|Theme||Visible||Selectable||Appearance||Zoom Range (now: 0)|
In the Court field, the middle Bakken Sand Pool has been operated as a heavy oil waterflood for over 15 years. However, unrecovered oil volumes in the pool remain attractive for improved recovery schemes.
Recently, the Court middle Bakken reservoir model was updated to evaluate the potential for downspacing and waterflood optimization of the reservoir. The potential for 20 acre downspacing for both infill drilling and additional water injection was identified by this study.
As part of the additional development program, an injectorproducer well pair was drilled to create a new injection pattern with reduced inter-well spacing. Reservoir pressures, water saturation and effective permeability to water in the pattern were determined by RFT and log data. Pattern characterization was complemented by an interference test, including all the wells in the pattern. Analytical and numerical tools were used in the test design. The most comprehensive results were obtained by local grid refinement of the pattern area in the full field simulation model. Unavoidable interference with a neighboring pattern during the test was predicted. In order to account for this effect, it was decided to run the test with the new injector active intermittently.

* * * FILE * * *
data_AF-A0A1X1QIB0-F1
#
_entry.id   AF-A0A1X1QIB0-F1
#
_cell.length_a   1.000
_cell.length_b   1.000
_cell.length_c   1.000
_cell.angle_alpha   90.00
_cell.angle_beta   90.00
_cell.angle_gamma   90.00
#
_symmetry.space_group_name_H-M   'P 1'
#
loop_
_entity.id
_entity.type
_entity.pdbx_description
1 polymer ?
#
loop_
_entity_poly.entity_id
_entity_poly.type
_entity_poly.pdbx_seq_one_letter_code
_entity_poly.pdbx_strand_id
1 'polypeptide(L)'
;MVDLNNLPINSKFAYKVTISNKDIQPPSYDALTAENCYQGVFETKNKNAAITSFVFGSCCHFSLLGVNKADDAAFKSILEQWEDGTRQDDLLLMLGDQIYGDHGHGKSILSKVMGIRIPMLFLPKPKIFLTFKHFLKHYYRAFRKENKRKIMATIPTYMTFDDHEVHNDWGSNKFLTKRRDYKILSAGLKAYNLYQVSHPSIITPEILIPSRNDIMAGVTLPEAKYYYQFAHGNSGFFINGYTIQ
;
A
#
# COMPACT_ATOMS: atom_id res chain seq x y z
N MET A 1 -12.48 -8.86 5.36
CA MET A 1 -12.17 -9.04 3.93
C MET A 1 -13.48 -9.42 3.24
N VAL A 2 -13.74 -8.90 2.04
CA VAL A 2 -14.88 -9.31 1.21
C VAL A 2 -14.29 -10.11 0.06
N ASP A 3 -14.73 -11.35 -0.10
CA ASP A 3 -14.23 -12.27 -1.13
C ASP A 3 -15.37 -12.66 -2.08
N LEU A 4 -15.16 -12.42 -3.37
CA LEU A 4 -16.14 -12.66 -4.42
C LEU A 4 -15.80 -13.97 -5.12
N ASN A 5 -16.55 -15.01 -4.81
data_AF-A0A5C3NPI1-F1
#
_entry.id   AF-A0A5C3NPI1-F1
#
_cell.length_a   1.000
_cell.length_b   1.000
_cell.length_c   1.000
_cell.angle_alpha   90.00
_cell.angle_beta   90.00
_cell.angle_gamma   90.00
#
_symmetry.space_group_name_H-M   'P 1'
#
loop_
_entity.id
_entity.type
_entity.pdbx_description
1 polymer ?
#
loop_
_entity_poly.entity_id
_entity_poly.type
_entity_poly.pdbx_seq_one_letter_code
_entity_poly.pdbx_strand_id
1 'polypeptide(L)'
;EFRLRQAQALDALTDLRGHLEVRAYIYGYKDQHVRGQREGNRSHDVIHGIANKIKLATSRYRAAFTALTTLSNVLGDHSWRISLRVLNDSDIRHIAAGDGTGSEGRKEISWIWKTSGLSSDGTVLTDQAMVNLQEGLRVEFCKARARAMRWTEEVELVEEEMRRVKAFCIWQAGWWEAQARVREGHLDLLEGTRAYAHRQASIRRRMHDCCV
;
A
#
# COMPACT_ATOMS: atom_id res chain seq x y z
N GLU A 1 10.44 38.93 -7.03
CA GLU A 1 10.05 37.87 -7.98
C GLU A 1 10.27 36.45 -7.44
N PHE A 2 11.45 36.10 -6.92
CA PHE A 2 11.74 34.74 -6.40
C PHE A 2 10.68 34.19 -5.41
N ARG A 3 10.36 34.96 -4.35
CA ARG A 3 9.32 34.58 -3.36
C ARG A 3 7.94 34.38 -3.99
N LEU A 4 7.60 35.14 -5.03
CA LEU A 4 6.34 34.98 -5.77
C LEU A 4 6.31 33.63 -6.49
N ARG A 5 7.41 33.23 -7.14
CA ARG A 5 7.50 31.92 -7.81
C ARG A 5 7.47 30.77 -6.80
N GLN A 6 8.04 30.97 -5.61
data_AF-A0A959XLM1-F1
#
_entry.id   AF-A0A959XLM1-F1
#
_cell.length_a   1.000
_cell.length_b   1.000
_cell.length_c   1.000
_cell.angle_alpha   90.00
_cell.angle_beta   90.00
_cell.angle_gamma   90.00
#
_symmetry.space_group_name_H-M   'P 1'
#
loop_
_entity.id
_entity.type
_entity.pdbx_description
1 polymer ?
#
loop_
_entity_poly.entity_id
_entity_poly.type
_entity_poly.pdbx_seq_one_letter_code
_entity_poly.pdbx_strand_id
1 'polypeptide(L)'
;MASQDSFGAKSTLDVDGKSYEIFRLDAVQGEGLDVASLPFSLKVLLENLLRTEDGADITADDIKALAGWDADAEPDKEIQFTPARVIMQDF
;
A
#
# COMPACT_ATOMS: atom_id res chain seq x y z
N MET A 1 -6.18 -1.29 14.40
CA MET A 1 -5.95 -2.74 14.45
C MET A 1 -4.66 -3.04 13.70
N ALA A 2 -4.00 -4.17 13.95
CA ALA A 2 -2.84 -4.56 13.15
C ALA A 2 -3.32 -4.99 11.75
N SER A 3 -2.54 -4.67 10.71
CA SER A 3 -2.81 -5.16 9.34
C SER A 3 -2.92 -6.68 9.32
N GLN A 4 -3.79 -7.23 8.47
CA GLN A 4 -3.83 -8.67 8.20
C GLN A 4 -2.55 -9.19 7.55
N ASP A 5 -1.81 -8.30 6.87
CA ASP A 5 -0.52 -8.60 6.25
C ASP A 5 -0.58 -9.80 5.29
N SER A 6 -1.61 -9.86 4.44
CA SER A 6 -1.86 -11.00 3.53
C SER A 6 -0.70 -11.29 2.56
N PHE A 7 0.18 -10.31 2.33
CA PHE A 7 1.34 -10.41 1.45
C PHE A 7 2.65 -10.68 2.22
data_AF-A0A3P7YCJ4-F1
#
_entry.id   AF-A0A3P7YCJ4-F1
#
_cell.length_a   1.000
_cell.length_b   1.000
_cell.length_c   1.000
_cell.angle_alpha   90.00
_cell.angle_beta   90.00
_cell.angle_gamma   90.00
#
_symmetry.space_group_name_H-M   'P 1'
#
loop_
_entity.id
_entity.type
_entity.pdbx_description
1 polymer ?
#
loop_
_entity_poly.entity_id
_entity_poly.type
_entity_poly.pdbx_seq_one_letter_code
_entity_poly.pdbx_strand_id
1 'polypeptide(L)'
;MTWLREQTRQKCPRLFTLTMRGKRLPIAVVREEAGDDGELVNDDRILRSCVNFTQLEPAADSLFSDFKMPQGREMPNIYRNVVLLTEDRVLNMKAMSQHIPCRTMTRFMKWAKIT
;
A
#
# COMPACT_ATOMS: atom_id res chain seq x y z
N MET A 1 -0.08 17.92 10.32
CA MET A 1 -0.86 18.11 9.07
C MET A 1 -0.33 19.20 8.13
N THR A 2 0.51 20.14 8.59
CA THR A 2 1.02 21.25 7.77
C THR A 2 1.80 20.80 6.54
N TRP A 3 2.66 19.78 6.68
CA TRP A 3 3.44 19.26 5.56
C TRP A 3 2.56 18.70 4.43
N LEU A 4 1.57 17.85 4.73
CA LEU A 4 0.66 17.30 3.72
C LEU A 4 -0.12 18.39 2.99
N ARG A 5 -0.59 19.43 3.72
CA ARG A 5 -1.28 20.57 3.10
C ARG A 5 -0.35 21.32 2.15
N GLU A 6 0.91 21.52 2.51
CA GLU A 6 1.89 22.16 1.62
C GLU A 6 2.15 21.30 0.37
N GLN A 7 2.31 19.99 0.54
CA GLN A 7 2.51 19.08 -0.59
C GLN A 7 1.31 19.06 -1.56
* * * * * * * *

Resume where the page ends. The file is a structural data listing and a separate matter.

The complete test design and analysis of the results are described. In addition, a comparison of pressure measurements by downhole gauge and acoustic well sounder are presented.
Ambastha, Anil Kumar (Chevron/KOC) | Dashti, Qasem M. (Kuwait Oil Company) | Maizeret, Pierre-David (Schlumberger Vietnam Services) | Al-Farhan, Farhan (Schlumberger) | Bou-Mikael, Sami (Chevron Corp.) | Rajan, Sasi (Kuwait Oil Company)